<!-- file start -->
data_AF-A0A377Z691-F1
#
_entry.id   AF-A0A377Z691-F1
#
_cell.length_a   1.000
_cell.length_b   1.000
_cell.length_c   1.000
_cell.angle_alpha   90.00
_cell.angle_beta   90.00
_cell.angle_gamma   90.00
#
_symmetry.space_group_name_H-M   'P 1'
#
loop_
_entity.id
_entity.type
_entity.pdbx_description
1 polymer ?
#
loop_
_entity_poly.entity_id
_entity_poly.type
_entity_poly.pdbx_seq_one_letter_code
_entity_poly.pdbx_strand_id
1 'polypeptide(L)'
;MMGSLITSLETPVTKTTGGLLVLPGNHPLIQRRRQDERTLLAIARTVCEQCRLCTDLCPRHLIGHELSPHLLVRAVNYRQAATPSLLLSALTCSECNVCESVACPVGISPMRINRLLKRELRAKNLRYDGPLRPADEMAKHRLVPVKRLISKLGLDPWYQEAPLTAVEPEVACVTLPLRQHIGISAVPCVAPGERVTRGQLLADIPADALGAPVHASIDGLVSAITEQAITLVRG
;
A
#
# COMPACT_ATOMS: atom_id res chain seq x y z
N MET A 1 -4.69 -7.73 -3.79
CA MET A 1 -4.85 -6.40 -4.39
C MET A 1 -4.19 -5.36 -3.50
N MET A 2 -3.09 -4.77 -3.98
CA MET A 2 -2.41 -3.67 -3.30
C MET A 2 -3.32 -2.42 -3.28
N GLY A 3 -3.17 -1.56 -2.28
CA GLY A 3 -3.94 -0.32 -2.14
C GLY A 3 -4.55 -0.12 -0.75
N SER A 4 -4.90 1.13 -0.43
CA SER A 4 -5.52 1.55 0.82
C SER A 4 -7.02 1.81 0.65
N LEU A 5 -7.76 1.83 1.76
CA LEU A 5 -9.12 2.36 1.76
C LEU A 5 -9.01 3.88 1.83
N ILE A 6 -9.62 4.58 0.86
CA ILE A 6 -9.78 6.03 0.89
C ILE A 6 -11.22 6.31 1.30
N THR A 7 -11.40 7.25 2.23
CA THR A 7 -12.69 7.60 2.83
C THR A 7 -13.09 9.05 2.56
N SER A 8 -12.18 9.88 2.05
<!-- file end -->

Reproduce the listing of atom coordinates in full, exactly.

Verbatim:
data_AF-A0A377Z691-F1
#
_entry.id   AF-A0A377Z691-F1
#
_cell.length_a   1.000
_cell.length_b   1.000
_cell.length_c   1.000
_cell.angle_alpha   90.00
_cell.angle_beta   90.00
_cell.angle_gamma   90.00
#
_symmetry.space_group_name_H-M   'P 1'
#
loop_
_entity.id
_entity.type
_entity.pdbx_description
1 polymer ?
#
loop_
_entity_poly.entity_id
_entity_poly.type
_entity_poly.pdbx_seq_one_letter_code
_entity_poly.pdbx_strand_id
1 'polypeptide(L)'
;MMGSLITSLETPVTKTTGGLLVLPGNHPLIQRRRQDERTLLAIARTVCEQCRLCTDLCPRHLIGHELSPHLLVRAVNYRQAATPSLLLSALTCSECNVCESVACPVGISPMRINRLLKRELRAKNLRYDGPLRPADEMAKHRLVPVKRLISKLGLDPWYQEAPLTAVEPEVACVTLPLRQHIGISAVPCVAPGERVTRGQLLADIPADALGAPVHASIDGLVSAITEQAITLVRG
;
A
#
# COMPACT_ATOMS: atom_id res chain seq x y z
N MET A 1 -4.69 -7.73 -3.79
CA MET A 1 -4.85 -6.40 -4.39
C MET A 1 -4.19 -5.36 -3.50
N MET A 2 -3.09 -4.77 -3.98
CA MET A 2 -2.41 -3.67 -3.30
C MET A 2 -3.32 -2.42 -3.28
N GLY A 3 -3.17 -1.56 -2.28
CA GLY A 3 -3.94 -0.32 -2.14
C GLY A 3 -4.55 -0.12 -0.75
N SER A 4 -4.90 1.13 -0.43
CA SER A 4 -5.52 1.55 0.82
C SER A 4 -7.02 1.81 0.65
N LEU A 5 -7.76 1.83 1.76
CA LEU A 5 -9.12 2.36 1.76
C LEU A 5 -9.01 3.88 1.83
N ILE A 6 -9.62 4.58 0.86
CA ILE A 6 -9.78 6.03 0.89
C ILE A 6 -11.22 6.31 1.30
N THR A 7 -11.40 7.25 2.23
CA THR A 7 -12.69 7.60 2.83
C THR A 7 -13.09 9.05 2.56
N SER A 8 -12.18 9.88 2.05